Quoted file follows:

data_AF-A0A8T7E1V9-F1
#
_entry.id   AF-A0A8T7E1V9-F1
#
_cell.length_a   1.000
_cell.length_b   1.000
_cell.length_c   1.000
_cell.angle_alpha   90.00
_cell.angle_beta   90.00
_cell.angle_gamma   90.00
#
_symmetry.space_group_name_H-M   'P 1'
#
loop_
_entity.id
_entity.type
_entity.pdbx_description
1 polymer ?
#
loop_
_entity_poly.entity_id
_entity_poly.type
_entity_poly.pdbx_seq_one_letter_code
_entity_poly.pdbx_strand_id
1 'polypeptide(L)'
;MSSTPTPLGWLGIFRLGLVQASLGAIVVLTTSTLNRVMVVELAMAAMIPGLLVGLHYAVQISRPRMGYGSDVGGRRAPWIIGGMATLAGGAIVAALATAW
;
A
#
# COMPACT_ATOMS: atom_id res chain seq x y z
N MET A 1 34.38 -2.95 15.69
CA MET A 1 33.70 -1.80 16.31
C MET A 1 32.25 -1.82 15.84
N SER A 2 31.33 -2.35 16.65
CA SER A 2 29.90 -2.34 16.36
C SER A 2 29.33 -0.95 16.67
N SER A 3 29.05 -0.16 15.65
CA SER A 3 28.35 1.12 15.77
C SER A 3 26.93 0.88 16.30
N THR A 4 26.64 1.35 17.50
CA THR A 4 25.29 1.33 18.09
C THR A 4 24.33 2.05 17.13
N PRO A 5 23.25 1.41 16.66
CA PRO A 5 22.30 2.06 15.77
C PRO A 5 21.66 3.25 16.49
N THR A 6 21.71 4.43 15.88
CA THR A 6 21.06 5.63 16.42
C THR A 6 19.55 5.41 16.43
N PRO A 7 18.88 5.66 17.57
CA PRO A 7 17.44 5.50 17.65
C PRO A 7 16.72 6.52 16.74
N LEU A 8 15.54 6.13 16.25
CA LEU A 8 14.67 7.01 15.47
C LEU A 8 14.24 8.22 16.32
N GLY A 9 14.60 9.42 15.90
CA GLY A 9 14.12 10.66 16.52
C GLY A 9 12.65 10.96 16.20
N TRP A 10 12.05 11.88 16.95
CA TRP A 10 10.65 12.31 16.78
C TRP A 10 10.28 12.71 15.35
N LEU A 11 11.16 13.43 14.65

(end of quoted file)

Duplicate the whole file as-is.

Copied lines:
data_AF-A0A8T7E1V9-F1
#
_entry.id   AF-A0A8T7E1V9-F1
#
_cell.length_a   1.000
_cell.length_b   1.000
_cell.length_c   1.000
_cell.angle_alpha   90.00
_cell.angle_beta   90.00
_cell.angle_gamma   90.00
#
_symmetry.space_group_name_H-M   'P 1'
#
loop_
_entity.id
_entity.type
_entity.pdbx_description
1 polymer ?
#
loop_
_entity_poly.entity_id
_entity_poly.type
_entity_poly.pdbx_seq_one_letter_code
_entity_poly.pdbx_strand_id
1 'polypeptide(L)'
;MSSTPTPLGWLGIFRLGLVQASLGAIVVLTTSTLNRVMVVELAMAAMIPGLLVGLHYAVQISRPRMGYGSDVGGRRAPWIIGGMATLAGGAIVAALATAW
;
A
#
# COMPACT_ATOMS: atom_id res chain seq x y z
N MET A 1 34.38 -2.95 15.69
CA MET A 1 33.70 -1.80 16.31
C MET A 1 32.25 -1.82 15.84
N SER A 2 31.33 -2.35 16.65
CA SER A 2 29.90 -2.34 16.36
C SER A 2 29.33 -0.95 16.67
N SER A 3 29.05 -0.16 15.65
CA SER A 3 28.35 1.12 15.77
C SER A 3 26.93 0.88 16.30
N THR A 4 26.64 1.35 17.50
CA THR A 4 25.29 1.33 18.09
C THR A 4 24.33 2.05 17.13
N PRO A 5 23.25 1.41 16.66
CA PRO A 5 22.30 2.06 15.77
C PRO A 5 21.66 3.25 16.49
N THR A 6 21.71 4.43 15.88
CA THR A 6 21.06 5.63 16.42
C THR A 6 19.55 5.41 16.43
N PRO A 7 18.88 5.66 17.57
CA PRO A 7 17.44 5.50 17.65
C PRO A 7 16.72 6.52 16.74
N LEU A 8 15.54 6.13 16.25
CA LEU A 8 14.67 7.01 15.47
C LEU A 8 14.24 8.22 16.32
N GLY A 9 14.60 9.42 15.90
CA GLY A 9 14.12 10.66 16.52
C GLY A 9 12.65 10.96 16.20
N TRP A 10 12.05 11.88 16.95
CA TRP A 10 10.65 12.31 16.78
C TRP A 10 10.28 12.71 15.35
N LEU A 11 11.16 13.43 14.65